Bowling fans can't convert network split

Phil Jackman

May 03, 1991|By Phil Jackman

The TV Repairman:

What a strange move by ABC last week, rolling out one of its old standbys, the Pro Bowlers Association Tour, and casually feeding it into the Ollie North Memorial Shredder. A little background music, please.

For what seems like a century, the network has informed anyone who would listen of the virtue, the longevity and the good old down-to-earth Americanism inherent in this annual series . . . and host Chris Schenkel, boy, they don't come much better than ol' Chris.

So last Saturday -- the date of the PBA series finale, the Firestone Tournament of Champions -- a delay is necessitated by a bomb scare at the lanes in Fairlawn, Ohio. So some quick schedule-shifting is in order. No sweat. "Wide World of Sports" is to follow, and one of its segments is taped gymnastics action from last year.

There was time for live coverage of the bowlers right up to the final frames, when the plug got pulled. About 10 minutes, just a portion of the time allotted for the taped gymnastics bit, would have been required to see bowling through to its conclusion. Instead, the net did a series of 30-second cut-ins, and that was supposed to satisfy the keggling krowd.

* In case you're wondering why there's suddenly a big rush of boxing shows on pay-per-view, check out these numbers: George Foreman vs. Evander Holyfield grossed $55 million; Holyfield vs. Buster Douglas did $38 million; Mike Tyson vs. Razor Ruddock did $30 million. It's another Comstock Lode, obviously.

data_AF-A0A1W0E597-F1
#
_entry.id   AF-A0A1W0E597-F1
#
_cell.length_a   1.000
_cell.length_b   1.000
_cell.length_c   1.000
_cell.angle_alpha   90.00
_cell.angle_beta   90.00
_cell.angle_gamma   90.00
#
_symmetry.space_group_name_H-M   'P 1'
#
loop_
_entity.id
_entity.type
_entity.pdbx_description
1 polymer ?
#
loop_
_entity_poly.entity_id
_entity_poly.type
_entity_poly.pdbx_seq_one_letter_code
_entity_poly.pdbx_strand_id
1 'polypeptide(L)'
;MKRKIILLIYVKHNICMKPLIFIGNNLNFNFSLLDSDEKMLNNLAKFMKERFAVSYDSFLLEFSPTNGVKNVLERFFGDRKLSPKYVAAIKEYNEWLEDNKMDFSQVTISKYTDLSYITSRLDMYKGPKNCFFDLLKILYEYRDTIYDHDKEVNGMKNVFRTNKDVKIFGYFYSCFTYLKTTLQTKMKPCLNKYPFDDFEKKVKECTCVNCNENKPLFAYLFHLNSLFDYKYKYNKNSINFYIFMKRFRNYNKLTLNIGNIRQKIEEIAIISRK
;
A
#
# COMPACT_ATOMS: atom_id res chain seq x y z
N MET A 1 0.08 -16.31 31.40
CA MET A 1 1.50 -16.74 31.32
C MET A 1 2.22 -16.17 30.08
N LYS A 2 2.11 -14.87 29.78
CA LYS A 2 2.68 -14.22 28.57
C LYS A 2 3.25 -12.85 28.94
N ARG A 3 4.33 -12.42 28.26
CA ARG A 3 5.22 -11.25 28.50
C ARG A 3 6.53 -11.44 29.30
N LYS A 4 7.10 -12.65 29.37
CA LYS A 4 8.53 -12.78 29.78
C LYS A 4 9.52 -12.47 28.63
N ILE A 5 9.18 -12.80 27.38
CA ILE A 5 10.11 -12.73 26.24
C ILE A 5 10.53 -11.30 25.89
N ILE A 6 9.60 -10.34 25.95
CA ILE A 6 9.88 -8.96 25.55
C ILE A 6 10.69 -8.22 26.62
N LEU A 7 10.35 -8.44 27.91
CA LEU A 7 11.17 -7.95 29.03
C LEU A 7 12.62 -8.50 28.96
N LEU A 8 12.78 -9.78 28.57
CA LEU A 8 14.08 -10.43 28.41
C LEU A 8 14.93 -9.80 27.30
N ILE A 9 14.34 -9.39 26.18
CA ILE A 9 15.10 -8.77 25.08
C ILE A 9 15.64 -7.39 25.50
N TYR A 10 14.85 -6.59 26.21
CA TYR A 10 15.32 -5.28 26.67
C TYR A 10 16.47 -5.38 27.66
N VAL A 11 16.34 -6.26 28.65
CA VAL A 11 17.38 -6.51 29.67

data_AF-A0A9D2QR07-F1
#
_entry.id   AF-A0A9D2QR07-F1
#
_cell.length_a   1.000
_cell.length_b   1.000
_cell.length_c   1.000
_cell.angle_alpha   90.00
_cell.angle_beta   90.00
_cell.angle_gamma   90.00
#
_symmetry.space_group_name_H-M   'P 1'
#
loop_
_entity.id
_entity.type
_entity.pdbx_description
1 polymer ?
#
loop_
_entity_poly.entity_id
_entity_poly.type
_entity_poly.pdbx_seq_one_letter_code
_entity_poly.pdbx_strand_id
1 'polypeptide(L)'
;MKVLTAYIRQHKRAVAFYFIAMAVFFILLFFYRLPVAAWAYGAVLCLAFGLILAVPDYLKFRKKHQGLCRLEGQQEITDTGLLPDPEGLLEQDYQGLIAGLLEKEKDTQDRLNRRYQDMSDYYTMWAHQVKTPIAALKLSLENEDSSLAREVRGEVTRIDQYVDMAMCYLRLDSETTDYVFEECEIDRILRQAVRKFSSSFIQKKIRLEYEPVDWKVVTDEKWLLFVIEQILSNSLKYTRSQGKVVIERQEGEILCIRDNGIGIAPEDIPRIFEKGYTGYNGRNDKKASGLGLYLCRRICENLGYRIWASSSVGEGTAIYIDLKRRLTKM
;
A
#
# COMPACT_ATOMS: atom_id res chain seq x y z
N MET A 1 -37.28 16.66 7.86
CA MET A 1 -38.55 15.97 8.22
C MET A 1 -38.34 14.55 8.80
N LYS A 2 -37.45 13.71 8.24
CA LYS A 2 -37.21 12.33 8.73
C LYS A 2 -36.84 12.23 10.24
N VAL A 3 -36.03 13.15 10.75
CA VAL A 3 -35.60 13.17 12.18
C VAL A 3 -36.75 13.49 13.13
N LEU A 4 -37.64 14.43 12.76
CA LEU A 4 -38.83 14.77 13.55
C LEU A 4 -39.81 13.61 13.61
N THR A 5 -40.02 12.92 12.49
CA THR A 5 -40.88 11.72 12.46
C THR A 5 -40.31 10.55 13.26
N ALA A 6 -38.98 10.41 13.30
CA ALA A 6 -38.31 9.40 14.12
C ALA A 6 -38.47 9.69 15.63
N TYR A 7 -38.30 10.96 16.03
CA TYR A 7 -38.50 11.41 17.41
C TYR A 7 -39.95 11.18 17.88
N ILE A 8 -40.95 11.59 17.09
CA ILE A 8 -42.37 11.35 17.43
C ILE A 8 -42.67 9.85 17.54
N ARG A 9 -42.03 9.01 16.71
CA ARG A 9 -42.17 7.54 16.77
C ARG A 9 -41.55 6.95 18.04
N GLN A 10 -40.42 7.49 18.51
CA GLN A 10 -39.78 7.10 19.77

Next up on PPV is Virgil Hill (30-0) vs. Tommy Hearns (49-3) June 3, and this one's scheduled for 3 1/2 hours. The supporting bouts -- championships in the featherweight and light-flyweight divisions -- don't figure to turn on Easterners, who historically go for the big guys, but the promotion is spending $2.5 million on network TV advertising, so the show will fly. Probably big.

PPV is now available in 17 million homes with projections of 22 million by 1995 and 45 million by 2000.

* ESPN, after doing same-day coverage of the Kentucky Oaks today (6 p.m.), comes on at 2:30 p.m. tomorrow with three live races and lots of yakking leading up to ABC's Kentucky Derby pTC show at 4:30. Question sweeping the land is, will analyst Charlsie Cantey succeed in picking all 16 horses in the field before they get to post?

May 4, tomorrow's date, has been the day of several thrills at Churchill Downs. In 1957, jockey Bill Shoemaker misjudged the finish line and stood up on Gallant Man, allowing Iron Liege to sneak home . . . In 1968, Dancer's Image was disqualified for saying yes to drugs and Forward Pass, which was not tested, was declared the victor.

* Thank goodness, Frank Robinson doesn't have a thin skin and the hard-hitting, informative, light, bright and breezy "Robinson Report" will continue as a pre-Oriole game staple on WBAL. This deserves mention because Mets manager Bud Harrelson just dumped his pre-game show (and $30,000) on WFAN in New York because the show's host asked tough questions.

Speaking of air pollution, it's time for the mute button when . . . following a 10-1 shellacking, your fearless interviewer peers into the eyes of the losing manager and asks (?), "You have to be pretty happy about the two bunt singles so-and-so laid down."

* The Houston Rockets showed great class dumping their regular season cable carrier and going to pay-per-view for NBA playoff home games. Retribution came when the team was swept by the Lakers, meaning the Rockets played just one game at the Summit.

* Yes indeed, buckaroos, Johnny Buren will be comin' at ya with five more years of non-sports on Channel 13 . . . Dino Mangione will be handling Maryland Bays broadcasts on WCBM-AM again, beginning with tomorrow's season opener against the Penn-Jersey Spirits beginning at 7:20 p.m. . . . HTS is doing all Stanley Cup conference final games live with the Bruins vs. Penguins and Oilers vs. North Stars going on alternate nights at 7:30 and 8 p.m., respectively.

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